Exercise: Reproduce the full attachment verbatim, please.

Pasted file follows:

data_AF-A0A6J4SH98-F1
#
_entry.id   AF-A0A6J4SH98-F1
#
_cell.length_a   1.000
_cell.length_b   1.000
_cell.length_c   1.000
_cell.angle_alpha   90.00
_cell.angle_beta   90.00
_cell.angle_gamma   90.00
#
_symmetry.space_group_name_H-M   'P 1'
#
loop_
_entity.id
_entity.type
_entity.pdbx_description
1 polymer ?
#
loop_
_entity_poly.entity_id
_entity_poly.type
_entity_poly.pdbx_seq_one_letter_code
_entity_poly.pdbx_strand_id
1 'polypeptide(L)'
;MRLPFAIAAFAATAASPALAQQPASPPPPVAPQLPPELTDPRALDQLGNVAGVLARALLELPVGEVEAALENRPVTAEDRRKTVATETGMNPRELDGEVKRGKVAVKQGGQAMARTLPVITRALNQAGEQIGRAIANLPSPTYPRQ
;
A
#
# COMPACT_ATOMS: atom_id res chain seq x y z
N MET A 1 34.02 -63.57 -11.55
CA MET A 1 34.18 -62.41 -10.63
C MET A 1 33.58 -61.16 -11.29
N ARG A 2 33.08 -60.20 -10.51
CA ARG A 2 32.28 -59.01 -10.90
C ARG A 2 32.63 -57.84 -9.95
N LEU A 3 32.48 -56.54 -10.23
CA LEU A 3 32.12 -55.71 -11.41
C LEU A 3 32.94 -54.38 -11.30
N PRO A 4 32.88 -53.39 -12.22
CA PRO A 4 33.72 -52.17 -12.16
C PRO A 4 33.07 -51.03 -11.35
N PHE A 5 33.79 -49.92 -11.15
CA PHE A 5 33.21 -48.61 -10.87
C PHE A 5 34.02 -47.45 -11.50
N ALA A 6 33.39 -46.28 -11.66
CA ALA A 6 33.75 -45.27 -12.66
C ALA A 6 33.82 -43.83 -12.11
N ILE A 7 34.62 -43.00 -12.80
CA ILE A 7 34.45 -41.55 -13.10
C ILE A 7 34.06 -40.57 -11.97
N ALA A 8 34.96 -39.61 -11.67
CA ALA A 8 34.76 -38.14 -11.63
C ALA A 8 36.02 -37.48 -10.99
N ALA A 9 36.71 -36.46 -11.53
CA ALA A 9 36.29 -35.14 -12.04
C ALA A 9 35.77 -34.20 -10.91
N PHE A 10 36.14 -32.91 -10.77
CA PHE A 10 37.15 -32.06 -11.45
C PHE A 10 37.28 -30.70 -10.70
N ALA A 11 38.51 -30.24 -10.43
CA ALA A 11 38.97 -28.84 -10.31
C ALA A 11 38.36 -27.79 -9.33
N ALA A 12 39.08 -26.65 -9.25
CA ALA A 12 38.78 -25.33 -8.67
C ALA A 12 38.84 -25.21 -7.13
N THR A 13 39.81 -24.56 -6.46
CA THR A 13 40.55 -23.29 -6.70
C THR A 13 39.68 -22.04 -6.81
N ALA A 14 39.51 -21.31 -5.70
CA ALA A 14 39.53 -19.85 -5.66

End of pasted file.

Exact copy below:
data_AF-A0A6J4SH98-F1
#
_entry.id   AF-A0A6J4SH98-F1
#
_cell.length_a   1.000
_cell.length_b   1.000
_cell.length_c   1.000
_cell.angle_alpha   90.00
_cell.angle_beta   90.00
_cell.angle_gamma   90.00
#
_symmetry.space_group_name_H-M   'P 1'
#
loop_
_entity.id
_entity.type
_entity.pdbx_description
1 polymer ?
#
loop_
_entity_poly.entity_id
_entity_poly.type
_entity_poly.pdbx_seq_one_letter_code
_entity_poly.pdbx_strand_id
1 'polypeptide(L)'
;MRLPFAIAAFAATAASPALAQQPASPPPPVAPQLPPELTDPRALDQLGNVAGVLARALLELPVGEVEAALENRPVTAEDRRKTVATETGMNPRELDGEVKRGKVAVKQGGQAMARTLPVITRALNQAGEQIGRAIANLPSPTYPRQ
;
A
#
# COMPACT_ATOMS: atom_id res chain seq x y z
N MET A 1 34.02 -63.57 -11.55
CA MET A 1 34.18 -62.41 -10.63
C MET A 1 33.58 -61.16 -11.29
N ARG A 2 33.08 -60.20 -10.51
CA ARG A 2 32.28 -59.01 -10.90
C ARG A 2 32.63 -57.84 -9.95
N LEU A 3 32.48 -56.54 -10.23
CA LEU A 3 32.12 -55.71 -11.41
C LEU A 3 32.94 -54.38 -11.30
N PRO A 4 32.88 -53.39 -12.22
CA PRO A 4 33.72 -52.17 -12.16
C PRO A 4 33.07 -51.03 -11.35
N PHE A 5 33.79 -49.92 -11.15
CA PHE A 5 33.21 -48.61 -10.87
C PHE A 5 34.02 -47.45 -11.50
N ALA A 6 33.39 -46.28 -11.66
CA ALA A 6 33.75 -45.27 -12.66
C ALA A 6 33.82 -43.83 -12.11
N ILE A 7 34.62 -43.00 -12.80
CA ILE A 7 34.45 -41.55 -13.10
C ILE A 7 34.06 -40.57 -11.97
N ALA A 8 34.96 -39.61 -11.67
CA ALA A 8 34.76 -38.14 -11.63
C ALA A 8 36.02 -37.48 -10.99
N ALA A 9 36.71 -36.46 -11.53
CA ALA A 9 36.29 -35.14 -12.04
C ALA A 9 35.77 -34.20 -10.91
N PHE A 10 36.14 -32.91 -10.77
CA PHE A 10 37.15 -32.06 -11.45
C PHE A 10 37.28 -30.70 -10.70
N ALA A 11 38.51 -30.24 -10.43
CA ALA A 11 38.97 -28.84 -10.31
C ALA A 11 38.36 -27.79 -9.33
N ALA A 12 39.08 -26.65 -9.25
CA ALA A 12 38.78 -25.33 -8.67
C ALA A 12 38.84 -25.21 -7.13
N THR A 13 39.81 -24.56 -6.46
CA THR A 13 40.55 -23.29 -6.70
C THR A 13 39.68 -22.04 -6.81
N ALA A 14 39.51 -21.31 -5.70
CA ALA A 14 39.53 -19.85 -5.66